|Scientific Name:||Guibemantis pulcher|
|Species Authority:||(Boulenger, 1882)|
Gephyromantis pulcher (Boulenger, 1882)
Mantidactylus pulcher (Boulenger, 1882)
Rhacophorus pulcher Boulenger, 1882
|Taxonomic Source(s):||Frost, D.R. 2015. Amphibian Species of the World: an Online Reference. Version 6.0. New York, USA. Available at: http://research.amnh.org/herpetology/amphibia/index.html.|
Lehtinen and Ramanamanjato (2006) recorded Guibemantis cf. pulcher from Sainte Luce and Mandena; the identity of these animals requires further study and they are not included as part of this assessment.
|Red List Category & Criteria:||Least Concern ver 3.1|
|Assessor(s):||IUCN SSC Amphibian Specialist Group|
|Contributor(s):||Raxworthy, C.J. & Nussbaum, R.|
Listed as Least Concern in view of its wide distribution, tolerance of a degree of habitat modification and presumed large population.
|Previously published Red List assessments:|
|Range Description:||This species is widely distributed in eastern Madagascar from Marojejy south to Andohahela, between 0-1,400 m asl.|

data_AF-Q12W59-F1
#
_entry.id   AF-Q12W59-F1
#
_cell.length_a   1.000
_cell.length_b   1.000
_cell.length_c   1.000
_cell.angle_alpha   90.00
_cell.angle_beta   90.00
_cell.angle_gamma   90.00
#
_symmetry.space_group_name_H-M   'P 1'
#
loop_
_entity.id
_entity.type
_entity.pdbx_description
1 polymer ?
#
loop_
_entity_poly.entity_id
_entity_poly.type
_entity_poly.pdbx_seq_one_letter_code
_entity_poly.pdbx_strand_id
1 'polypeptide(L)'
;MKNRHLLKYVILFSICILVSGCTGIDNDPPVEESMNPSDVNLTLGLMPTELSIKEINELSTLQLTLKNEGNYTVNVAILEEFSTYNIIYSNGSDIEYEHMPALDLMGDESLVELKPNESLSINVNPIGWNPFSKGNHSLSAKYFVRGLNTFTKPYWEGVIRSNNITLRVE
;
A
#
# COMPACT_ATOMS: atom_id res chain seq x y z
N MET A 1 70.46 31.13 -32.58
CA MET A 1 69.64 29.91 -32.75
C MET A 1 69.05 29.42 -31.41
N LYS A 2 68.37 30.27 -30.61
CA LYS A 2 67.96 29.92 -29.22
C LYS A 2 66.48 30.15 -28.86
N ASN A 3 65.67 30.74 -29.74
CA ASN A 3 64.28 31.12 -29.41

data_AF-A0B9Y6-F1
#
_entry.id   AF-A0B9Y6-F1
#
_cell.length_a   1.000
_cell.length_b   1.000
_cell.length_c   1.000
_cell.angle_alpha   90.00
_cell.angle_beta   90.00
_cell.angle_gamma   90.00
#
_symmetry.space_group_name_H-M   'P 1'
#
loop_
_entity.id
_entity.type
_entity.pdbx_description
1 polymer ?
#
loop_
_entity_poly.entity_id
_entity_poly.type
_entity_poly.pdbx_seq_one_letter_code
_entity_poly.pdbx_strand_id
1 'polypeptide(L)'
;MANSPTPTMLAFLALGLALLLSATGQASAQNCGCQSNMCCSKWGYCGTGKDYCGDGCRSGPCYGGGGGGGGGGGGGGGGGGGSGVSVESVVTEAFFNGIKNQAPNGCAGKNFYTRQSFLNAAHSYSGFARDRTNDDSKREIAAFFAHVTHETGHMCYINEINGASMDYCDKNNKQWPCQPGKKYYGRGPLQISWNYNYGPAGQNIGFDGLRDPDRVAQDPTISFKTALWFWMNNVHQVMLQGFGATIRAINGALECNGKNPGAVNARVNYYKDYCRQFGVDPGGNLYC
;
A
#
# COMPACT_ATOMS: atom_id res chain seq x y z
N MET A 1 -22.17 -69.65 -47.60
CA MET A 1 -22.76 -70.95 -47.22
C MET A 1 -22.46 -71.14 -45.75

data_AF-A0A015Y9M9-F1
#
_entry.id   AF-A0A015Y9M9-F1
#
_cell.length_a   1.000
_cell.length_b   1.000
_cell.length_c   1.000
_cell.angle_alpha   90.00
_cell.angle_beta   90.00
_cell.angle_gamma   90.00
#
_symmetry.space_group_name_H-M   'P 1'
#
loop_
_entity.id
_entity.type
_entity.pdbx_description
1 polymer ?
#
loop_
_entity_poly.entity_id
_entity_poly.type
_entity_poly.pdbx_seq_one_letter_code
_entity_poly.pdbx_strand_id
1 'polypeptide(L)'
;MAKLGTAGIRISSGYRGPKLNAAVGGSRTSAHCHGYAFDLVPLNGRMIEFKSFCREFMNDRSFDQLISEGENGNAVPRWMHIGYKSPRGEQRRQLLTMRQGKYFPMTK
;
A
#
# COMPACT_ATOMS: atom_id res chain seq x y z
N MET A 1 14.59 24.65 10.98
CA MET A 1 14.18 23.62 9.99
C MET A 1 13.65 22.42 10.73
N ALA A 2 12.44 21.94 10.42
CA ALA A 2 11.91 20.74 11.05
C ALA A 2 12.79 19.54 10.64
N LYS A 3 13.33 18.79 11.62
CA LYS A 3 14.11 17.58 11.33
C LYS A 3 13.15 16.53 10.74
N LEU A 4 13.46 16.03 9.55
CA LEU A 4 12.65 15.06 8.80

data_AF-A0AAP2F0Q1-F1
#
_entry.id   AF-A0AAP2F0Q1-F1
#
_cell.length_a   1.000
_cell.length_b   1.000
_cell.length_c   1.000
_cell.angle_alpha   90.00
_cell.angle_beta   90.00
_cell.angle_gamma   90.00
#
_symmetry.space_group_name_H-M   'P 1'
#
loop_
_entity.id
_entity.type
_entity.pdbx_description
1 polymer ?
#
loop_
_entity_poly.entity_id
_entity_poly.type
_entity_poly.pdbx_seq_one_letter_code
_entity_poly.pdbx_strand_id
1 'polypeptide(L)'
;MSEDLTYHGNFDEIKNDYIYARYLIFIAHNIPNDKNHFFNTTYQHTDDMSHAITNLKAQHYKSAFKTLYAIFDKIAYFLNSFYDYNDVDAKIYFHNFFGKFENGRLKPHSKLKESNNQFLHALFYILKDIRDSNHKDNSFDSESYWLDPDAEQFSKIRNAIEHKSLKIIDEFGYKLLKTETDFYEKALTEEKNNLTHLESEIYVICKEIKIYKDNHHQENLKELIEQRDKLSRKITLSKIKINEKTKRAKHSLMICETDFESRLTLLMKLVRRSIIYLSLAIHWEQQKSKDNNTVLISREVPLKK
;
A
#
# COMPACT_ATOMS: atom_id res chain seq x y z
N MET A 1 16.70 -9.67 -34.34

|Range Map:||Click here to open the map viewer and explore range.|
|Population:||It is a locally common species. However, due to ongoing declines in the extent and quality of habitat, the population is suspected to be decreasing.|
|Current Population Trend:||Decreasing|
|Habitat and Ecology:||It is an arboreal species living in pristine and disturbed rainforest and swamp forest, but not in open areas. It is usually observed in the leaf axils of screw pines (Pandanus spp.). It breeds in the leaf axils of Pandanus by larval development.|
|Continuing decline in area, extent and/or quality of habitat:||Yes|
|Movement patterns:||Not a Migrant|
|Use and Trade:||There are no records of this species being utilized.|
Its forest habitat is receding due to subsistence agriculture, timber extraction, charcoal manufacture, and invasive spread of eucalyptus, livestock grazing and expanding human settlements. It is probably also affected by the collection of Pandanus, which is used for the roofs of huts.
Species in this genus have tested positive for Batrachochytrium dendrobatidis (Bd), however currently there have been no negative effects observed within amphibian populations in Madagascar suggesting the Bd strain has a low virulence level (Bletz et al. 2015).
It occurs in many protected areas including Befotaka-Midongy National Park (Bora et al. 2007).
Further research is essential to fully understand the distribution, origin, type and virulence of Bd lineages found in Madagascar (Bletz et al. 2015).
|Citation:||IUCN SSC Amphibian Specialist Group. 2016. Guibemantis pulcher. The IUCN Red List of Threatened Species 2016: e.T57514A84175682.Downloaded on 25 March 2017.|
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